Alabama Teen Suspended After Asking Her Girlfriend To Prom

"If it was a male and a female student, nothing would have been done."

A teen in Alabama was suspended after asking her girlfriend to prom during a school talent show.

Administrators at Alexandria High School in Calhoun County called the incident a “disruption,” but similar promposals between heterosexual students have not been disciplined. Both the woman who proposed and a friend who helped were subjected to in-school suspension on Wednesday—the girl asked to prom, however, was not.

“It was right after her performance,” senior Ashley Fadely, who was at the show, told Al.com. “No words were spoken by them. They just got happy, hugged, and that was it.”

“If it was a male and a female student, nothing would have been done,” she added. (Alexandria High even had a heterosexual marriage proposal during school hours.)

Fadely says some students have called for a boycott of prom if the girls are prohibited from attending together. “I don’t think it was right that they might not be allowed to go to prom,” she added. “I’ve decided…I’m not going to prom,” she said.

Some classmates have asked for refunds on their prom tickets, while both students and alumni have taken to social media to express their dismay over the situation.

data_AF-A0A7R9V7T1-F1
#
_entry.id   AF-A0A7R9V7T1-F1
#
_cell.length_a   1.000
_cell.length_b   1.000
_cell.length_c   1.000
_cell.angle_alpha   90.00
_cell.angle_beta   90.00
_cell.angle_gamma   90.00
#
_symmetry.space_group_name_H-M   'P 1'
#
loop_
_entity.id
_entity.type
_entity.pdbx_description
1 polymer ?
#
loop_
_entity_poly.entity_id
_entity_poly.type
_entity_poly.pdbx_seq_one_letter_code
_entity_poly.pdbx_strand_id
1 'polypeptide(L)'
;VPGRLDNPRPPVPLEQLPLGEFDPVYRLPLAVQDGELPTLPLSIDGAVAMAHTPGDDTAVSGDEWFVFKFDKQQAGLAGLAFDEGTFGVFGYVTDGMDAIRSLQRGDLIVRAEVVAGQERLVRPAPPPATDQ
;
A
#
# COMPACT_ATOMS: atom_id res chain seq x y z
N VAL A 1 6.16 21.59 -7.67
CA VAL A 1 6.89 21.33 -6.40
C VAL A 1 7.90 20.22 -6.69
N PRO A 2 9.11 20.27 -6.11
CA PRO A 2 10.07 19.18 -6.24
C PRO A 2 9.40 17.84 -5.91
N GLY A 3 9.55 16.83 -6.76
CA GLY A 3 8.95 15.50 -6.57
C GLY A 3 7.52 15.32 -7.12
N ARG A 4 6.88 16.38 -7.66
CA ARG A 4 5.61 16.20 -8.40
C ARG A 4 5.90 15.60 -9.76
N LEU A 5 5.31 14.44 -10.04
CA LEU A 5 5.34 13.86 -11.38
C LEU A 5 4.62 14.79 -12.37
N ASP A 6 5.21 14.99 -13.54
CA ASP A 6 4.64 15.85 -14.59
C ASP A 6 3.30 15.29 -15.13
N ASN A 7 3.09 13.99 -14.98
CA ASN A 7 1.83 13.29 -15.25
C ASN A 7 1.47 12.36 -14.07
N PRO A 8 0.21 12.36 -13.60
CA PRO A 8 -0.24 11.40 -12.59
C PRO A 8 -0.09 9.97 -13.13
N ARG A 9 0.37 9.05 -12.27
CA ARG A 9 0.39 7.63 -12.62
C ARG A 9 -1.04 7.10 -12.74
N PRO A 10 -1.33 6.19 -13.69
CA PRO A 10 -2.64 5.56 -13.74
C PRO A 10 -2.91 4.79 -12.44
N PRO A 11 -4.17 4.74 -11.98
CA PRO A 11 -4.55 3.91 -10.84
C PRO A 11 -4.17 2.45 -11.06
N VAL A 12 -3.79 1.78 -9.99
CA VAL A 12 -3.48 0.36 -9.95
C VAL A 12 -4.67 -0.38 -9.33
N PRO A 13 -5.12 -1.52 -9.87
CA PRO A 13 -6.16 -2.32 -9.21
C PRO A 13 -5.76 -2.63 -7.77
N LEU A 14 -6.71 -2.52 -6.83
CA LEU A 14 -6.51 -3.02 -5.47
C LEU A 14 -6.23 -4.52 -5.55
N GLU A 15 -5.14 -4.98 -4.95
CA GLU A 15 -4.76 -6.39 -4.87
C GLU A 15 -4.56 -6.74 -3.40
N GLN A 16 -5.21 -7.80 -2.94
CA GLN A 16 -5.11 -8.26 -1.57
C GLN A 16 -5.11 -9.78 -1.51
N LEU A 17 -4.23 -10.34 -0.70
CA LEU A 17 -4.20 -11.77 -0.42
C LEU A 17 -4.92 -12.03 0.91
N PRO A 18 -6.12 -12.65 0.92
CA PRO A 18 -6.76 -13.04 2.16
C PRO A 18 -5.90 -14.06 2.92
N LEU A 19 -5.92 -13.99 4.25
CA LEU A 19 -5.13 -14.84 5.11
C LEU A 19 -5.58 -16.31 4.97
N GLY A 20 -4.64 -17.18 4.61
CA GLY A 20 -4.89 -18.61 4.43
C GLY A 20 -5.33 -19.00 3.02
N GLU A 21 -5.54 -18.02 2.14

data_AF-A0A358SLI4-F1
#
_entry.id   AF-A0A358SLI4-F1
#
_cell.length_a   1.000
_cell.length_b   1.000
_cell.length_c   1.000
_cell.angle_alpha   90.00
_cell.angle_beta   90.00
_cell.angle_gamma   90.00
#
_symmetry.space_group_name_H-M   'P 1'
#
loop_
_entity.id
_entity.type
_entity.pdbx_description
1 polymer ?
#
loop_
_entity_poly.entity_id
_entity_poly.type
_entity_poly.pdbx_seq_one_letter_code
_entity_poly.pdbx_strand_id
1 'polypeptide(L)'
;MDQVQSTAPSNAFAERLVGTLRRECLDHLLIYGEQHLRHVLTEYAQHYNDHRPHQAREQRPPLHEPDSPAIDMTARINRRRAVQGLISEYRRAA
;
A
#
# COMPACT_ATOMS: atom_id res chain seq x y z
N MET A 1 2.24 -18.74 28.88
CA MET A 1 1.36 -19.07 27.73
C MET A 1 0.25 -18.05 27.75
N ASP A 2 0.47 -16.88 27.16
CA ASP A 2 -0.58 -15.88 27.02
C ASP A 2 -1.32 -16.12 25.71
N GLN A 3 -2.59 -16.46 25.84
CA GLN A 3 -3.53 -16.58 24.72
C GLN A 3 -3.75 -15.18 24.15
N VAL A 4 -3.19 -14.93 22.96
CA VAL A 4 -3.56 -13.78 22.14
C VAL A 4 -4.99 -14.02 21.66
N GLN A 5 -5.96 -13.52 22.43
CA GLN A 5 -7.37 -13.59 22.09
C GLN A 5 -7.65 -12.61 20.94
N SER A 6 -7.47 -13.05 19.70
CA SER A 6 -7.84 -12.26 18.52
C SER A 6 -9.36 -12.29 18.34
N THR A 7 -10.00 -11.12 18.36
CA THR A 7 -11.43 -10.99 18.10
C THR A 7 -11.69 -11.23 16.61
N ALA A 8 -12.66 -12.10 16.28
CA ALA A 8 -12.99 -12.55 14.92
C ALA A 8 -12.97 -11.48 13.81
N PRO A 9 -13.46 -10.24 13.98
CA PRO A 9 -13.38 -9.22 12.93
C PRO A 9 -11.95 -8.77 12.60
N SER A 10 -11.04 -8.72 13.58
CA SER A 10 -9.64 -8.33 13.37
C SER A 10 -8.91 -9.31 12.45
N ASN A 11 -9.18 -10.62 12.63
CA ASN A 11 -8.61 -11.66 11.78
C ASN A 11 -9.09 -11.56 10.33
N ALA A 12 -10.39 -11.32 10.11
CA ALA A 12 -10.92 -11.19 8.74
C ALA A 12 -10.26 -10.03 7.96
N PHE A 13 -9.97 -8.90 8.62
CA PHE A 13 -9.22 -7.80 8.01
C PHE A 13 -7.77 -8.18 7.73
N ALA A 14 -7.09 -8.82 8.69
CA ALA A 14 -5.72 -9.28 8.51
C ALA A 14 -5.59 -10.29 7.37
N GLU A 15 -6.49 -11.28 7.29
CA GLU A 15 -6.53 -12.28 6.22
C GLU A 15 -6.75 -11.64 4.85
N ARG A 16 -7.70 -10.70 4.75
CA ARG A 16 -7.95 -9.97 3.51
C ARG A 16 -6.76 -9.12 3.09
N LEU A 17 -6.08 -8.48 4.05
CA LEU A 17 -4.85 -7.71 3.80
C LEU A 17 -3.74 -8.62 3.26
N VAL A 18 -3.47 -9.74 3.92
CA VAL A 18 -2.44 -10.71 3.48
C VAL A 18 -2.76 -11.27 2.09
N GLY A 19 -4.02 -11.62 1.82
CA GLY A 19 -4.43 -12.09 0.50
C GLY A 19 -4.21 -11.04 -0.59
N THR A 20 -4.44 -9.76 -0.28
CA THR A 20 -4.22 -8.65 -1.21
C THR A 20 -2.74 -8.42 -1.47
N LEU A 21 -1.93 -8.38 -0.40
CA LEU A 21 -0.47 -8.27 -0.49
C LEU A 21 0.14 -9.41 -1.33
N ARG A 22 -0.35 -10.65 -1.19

Nick Wyville, a recent graduate, sent an email to the superintendent of the Calhoun County School System, calling for all charges to be dropped.

Federal law and the United State Constitution bars the harassment of LGBT students in public high school. If the case is made that this was a public display of affection in front of an audience, then there is precedent that contradicts that very action. When the talent show first unveiled itself, a male proposed to a female, and they faced no consequences. I, along with many others, can stand witness to that.

Wyville, who now attends Harvard, says he’s contacted the Alabama Human Rights Campaign, the Alabama branch of the ACLU, and the local and national media.

“This is a clear violation of the law and it tramples the two young girls’ moral character,” he concluded. “I hope you can resolve this incident. “If I can be of further help, please let me know.”

Zachary Zane is a writer and activist whose work focuses on sexuality, culture, and academic research. He has contributed to The Washington Post, Rolling Stone, and The Advocate.
@ZacharyZane